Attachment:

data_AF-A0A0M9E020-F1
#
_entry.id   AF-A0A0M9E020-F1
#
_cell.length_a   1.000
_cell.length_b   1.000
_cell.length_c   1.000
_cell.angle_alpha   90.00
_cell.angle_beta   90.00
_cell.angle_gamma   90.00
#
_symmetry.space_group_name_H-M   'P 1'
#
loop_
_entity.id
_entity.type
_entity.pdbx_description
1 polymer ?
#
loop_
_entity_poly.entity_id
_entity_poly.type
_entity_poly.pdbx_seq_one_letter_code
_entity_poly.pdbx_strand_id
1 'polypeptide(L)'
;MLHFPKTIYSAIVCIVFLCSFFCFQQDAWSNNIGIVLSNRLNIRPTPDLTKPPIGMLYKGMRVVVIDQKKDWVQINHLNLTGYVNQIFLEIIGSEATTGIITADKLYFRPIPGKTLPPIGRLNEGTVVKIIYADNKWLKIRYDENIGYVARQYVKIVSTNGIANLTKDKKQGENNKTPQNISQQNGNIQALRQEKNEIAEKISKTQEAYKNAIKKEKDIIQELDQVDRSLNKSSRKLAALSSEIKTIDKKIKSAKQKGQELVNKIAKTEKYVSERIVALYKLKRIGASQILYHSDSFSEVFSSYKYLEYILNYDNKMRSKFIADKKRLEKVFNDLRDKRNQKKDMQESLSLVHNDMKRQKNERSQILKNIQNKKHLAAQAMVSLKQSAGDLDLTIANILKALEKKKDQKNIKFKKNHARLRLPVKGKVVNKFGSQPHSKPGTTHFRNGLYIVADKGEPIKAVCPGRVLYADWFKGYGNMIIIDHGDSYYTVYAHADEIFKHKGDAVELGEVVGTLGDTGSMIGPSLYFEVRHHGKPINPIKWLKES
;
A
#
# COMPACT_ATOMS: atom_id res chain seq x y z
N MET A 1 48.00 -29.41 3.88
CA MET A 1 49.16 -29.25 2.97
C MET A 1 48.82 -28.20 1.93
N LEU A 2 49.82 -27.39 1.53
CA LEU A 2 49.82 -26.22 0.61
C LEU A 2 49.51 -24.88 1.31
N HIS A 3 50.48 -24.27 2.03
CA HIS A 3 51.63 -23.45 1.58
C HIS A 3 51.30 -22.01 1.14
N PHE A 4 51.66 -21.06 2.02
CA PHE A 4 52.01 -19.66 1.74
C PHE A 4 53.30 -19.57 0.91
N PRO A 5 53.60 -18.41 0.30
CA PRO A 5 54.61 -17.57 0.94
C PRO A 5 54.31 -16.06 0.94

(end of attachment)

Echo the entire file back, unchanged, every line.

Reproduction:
data_AF-A0A0M9E020-F1
#
_entry.id   AF-A0A0M9E020-F1
#
_cell.length_a   1.000
_cell.length_b   1.000
_cell.length_c   1.000
_cell.angle_alpha   90.00
_cell.angle_beta   90.00
_cell.angle_gamma   90.00
#
_symmetry.space_group_name_H-M   'P 1'
#
loop_
_entity.id
_entity.type
_entity.pdbx_description
1 polymer ?
#
loop_
_entity_poly.entity_id
_entity_poly.type
_entity_poly.pdbx_seq_one_letter_code
_entity_poly.pdbx_strand_id
1 'polypeptide(L)'
;MLHFPKTIYSAIVCIVFLCSFFCFQQDAWSNNIGIVLSNRLNIRPTPDLTKPPIGMLYKGMRVVVIDQKKDWVQINHLNLTGYVNQIFLEIIGSEATTGIITADKLYFRPIPGKTLPPIGRLNEGTVVKIIYADNKWLKIRYDENIGYVARQYVKIVSTNGIANLTKDKKQGENNKTPQNISQQNGNIQALRQEKNEIAEKISKTQEAYKNAIKKEKDIIQELDQVDRSLNKSSRKLAALSSEIKTIDKKIKSAKQKGQELVNKIAKTEKYVSERIVALYKLKRIGASQILYHSDSFSEVFSSYKYLEYILNYDNKMRSKFIADKKRLEKVFNDLRDKRNQKKDMQESLSLVHNDMKRQKNERSQILKNIQNKKHLAAQAMVSLKQSAGDLDLTIANILKALEKKKDQKNIKFKKNHARLRLPVKGKVVNKFGSQPHSKPGTTHFRNGLYIVADKGEPIKAVCPGRVLYADWFKGYGNMIIIDHGDSYYTVYAHADEIFKHKGDAVELGEVVGTLGDTGSMIGPSLYFEVRHHGKPINPIKWLKES
;
A
#
# COMPACT_ATOMS: atom_id res chain seq x y z
N MET A 1 48.00 -29.41 3.88
CA MET A 1 49.16 -29.25 2.97
C MET A 1 48.82 -28.20 1.93
N LEU A 2 49.82 -27.39 1.53
CA LEU A 2 49.82 -26.22 0.61
C LEU A 2 49.51 -24.88 1.31
N HIS A 3 50.48 -24.27 2.03
CA HIS A 3 51.63 -23.45 1.58
C HIS A 3 51.30 -22.01 1.14
N PHE A 4 51.66 -21.06 2.02
CA PHE A 4 52.01 -19.66 1.74
C PHE A 4 53.30 -19.57 0.91
N PRO A 5 53.60 -18.41 0.30
CA PRO A 5 54.61 -17.57 0.94
C PRO A 5 54.31 -16.06 0.94